End of the Year Financial Planning Checklist


The year is quickly coming to an end, and while New Year's resolutions to start taking better care of your finances are well and good, the average New Year's resolution is abandoned within one month.  With that in mind, there are a number of financial issues to address before the New Year, so you can start fresh – with everything in order.  This list is by no means exhaustive, but it at least covers the basics.

Review your budget, or create one if you don't have one.

A budget isn't something that's just for show, so taking some time at the end of year to ensure that your spending is line with your budget is a good idea.  In the scenario that you are overspending, this will give you the opportunity to determine where overspending is occurring, and how you can reduce it.  If everything is on track, seek out areas where you can reduce unnecessary spending, or find opportunities to contribute to retirement, health savings, or other investment accounts.

If you don't have a budget yet, take some time to look back at your spending for the year, and determine if your spending is appropriate; basically, that you're not spending more than you're making.  With that information, itemize your spending into broad categories, and create a budget.  It doesn't need to be perfect, but having a loose plan for monthly spending can go a long way toward achieving your financial goals.

Set your financial goals for 2019.

Many people say things like “I'm going to save more this year”, or “this year I'll pay off my student loan debt,” but these types of broadly defined goals generally lead to failure.  When setting financial goals (really any goals for that matter), I find that following the SMART goals model leads to greater success.  For those unfamiliar, SMART goals are: Specific, Measurable, Achievable, Relevant, and Time bound.  So, rather than something as broad as just saving more money, a SMART goal could be: “I'm going to save $100 per month starting at the end of January”, or “I'll increase my monthly student loan payments by $200 so they will be paid off by the end of the year.”  Setting goals in this manner allows for modification over time, but creates actual rules for the goal to be achieved in the time frame decided upon.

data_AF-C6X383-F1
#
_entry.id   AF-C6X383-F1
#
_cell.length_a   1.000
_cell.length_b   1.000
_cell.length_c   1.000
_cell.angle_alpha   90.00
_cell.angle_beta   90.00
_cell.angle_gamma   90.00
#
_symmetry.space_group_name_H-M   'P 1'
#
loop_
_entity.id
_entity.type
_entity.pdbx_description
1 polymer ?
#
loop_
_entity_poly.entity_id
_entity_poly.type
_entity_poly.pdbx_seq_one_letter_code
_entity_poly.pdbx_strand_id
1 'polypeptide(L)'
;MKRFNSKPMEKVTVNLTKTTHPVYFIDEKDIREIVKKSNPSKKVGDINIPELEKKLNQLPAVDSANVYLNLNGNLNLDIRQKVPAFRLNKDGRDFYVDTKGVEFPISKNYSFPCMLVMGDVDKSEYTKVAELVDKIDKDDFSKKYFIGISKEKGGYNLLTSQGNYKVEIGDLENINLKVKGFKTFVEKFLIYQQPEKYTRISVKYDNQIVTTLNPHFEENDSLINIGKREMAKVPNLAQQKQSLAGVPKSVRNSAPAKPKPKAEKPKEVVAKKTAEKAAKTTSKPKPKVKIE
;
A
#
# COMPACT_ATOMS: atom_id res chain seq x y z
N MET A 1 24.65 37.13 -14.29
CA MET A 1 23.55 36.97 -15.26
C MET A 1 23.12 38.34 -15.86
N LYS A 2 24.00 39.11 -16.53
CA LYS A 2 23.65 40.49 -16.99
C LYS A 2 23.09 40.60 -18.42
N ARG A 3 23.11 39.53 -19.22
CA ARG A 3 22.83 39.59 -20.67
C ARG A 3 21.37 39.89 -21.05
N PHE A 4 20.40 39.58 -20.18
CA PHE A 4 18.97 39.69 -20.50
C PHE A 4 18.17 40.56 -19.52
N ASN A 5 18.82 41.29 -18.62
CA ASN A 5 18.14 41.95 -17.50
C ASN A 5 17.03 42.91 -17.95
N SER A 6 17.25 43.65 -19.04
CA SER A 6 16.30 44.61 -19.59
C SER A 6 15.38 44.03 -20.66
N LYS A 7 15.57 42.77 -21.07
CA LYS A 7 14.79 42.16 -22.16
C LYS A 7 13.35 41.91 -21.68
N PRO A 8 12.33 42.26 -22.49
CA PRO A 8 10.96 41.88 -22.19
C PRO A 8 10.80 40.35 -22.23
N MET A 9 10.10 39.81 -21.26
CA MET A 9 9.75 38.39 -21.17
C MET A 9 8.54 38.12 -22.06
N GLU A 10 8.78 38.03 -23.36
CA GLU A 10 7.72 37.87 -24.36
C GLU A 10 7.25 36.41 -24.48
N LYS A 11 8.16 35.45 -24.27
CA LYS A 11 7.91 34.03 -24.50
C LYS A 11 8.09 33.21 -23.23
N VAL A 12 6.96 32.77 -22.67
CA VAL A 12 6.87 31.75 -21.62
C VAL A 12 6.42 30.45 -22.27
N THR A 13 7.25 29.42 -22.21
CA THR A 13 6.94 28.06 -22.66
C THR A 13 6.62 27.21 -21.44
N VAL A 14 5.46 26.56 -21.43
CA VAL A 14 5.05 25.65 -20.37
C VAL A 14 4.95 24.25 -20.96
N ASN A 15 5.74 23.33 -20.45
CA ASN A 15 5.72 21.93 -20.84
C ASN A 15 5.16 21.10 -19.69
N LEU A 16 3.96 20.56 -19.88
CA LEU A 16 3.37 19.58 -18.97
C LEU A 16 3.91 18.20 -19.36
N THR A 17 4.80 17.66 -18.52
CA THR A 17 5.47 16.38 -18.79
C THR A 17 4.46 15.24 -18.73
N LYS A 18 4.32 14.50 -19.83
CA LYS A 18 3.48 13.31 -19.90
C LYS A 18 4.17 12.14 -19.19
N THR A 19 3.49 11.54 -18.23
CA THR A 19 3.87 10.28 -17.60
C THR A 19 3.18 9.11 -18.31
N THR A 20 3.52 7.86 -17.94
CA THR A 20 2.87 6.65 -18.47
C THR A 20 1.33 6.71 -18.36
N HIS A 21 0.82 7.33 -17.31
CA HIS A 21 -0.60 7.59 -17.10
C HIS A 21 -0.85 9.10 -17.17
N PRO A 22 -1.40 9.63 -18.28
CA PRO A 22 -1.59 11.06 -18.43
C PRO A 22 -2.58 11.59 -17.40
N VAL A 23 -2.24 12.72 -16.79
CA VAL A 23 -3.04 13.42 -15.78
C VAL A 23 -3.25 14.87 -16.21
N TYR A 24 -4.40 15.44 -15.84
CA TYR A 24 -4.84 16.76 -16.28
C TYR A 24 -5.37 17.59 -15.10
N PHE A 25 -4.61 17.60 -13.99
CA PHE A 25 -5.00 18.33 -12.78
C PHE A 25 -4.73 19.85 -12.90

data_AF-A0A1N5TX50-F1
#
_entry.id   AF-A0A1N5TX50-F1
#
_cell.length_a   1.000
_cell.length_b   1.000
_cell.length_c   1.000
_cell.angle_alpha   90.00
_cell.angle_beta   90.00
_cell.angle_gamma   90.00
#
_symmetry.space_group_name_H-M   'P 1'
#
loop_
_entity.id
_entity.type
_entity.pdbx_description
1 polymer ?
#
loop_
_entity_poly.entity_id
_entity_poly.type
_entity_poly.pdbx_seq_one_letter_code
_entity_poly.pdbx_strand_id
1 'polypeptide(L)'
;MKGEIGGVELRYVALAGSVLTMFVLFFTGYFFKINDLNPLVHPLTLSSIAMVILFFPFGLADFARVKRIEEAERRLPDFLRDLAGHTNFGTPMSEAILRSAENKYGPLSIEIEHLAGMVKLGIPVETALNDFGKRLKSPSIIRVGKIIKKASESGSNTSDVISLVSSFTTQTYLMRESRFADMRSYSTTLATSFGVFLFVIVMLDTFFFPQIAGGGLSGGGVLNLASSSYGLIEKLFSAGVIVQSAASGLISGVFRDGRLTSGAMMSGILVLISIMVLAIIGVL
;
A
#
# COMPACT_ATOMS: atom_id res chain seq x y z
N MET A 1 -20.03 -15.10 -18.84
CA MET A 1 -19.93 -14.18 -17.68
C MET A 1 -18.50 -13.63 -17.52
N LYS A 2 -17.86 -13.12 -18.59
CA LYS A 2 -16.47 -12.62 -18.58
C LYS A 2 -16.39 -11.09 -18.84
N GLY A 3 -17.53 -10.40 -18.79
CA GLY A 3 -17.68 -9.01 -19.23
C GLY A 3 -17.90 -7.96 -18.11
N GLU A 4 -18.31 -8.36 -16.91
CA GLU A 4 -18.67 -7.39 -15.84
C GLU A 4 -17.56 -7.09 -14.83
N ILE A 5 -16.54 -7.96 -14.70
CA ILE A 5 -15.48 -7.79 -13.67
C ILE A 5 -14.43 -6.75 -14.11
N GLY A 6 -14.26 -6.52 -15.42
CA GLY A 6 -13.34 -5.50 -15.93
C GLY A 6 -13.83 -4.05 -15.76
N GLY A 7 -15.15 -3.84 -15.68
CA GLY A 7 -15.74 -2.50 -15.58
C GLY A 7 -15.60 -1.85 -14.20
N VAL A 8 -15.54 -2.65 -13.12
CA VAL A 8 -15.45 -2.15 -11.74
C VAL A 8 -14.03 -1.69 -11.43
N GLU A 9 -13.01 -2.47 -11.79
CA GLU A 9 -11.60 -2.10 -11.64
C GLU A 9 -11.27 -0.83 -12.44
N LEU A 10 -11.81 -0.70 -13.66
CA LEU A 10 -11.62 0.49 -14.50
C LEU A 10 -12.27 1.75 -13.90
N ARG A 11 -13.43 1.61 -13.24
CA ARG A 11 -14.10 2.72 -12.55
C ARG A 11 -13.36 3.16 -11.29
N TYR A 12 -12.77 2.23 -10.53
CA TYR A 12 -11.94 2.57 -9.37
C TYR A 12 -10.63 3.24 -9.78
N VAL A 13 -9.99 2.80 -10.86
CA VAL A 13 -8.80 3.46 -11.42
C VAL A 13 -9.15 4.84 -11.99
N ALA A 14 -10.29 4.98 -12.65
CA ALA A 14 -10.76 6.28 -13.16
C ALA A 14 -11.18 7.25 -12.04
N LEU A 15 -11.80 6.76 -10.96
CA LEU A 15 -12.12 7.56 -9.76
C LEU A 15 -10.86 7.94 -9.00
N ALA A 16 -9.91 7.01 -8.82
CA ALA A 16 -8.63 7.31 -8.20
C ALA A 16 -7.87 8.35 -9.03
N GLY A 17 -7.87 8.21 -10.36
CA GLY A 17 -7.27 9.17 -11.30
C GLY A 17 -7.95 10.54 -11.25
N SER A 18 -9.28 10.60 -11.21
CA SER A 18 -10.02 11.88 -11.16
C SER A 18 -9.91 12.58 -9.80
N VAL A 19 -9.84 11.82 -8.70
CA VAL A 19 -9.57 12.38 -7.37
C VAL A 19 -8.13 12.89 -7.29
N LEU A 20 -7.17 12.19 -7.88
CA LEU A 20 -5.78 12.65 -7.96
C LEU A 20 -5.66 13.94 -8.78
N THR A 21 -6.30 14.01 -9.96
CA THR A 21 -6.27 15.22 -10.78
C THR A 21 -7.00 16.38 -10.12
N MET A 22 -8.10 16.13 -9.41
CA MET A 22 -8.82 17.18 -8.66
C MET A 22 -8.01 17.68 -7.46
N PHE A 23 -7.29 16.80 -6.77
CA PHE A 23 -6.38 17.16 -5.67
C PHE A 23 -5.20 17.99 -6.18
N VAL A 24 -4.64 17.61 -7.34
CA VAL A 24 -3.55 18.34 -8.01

Review all debt and focus on reducing bad debt (check your credit score while you're at it).

It can be easy to have debt payments on autopay, and completely forget that they even exist.  While autopay is a very useful tool, it's good to review everything to ensure that the only debt you are carrying is good debt.  The following rule is a good way to determine if debt is bad or good: bad debt does not increase your net worth, and has relatively high interest rates; good debt increases your net worth, or has relatively low interest rates. 

Upon reviewing all debts, check your credit score and identify any bad debts that you are carrying.  Creating a plan to reduce and eliminate those debts can go a long way to improving your credit score, and will pay off in the long run by reducing the amount of unnecessary interest you are paying. 

Start contributing to a 401(k)/IRA or increase your contributions.

Not everyone has access to an employer sponsored retirement plan like a 401(k), but everyone does have the ability to contribute to an IRA.  If you have already been contributing to one of the two, then now is the time to see if there is room for you to contribute more on a monthly basis.  If you are not contributing, then now is the perfect time to create room in your budget to begin contributing.  Small amounts on a monthly basis can add up to a lot over time, so starting small and steadily increasing over time is a good method for getting started.  For reference, the maximum annual contribution to an IRA is $5500, and for a 401(k) it is $18,500.

Contribute to an HSA.

We all know healthcare is expensive, but HSAs have a number of benefits with regard to paying for it.  I won't get into the nitty gritty details, as the topic of HSAs has been covered in a previous entry, but the end of the year is a good time to see if there is room in your budget, or excess cash on hand, for an HSA contribution.  Apart from creating a tax-free way to pay for qualified medical expenses, an HSA also creates an instant tax deduction above all other deductions.          

Presented by Erik Moore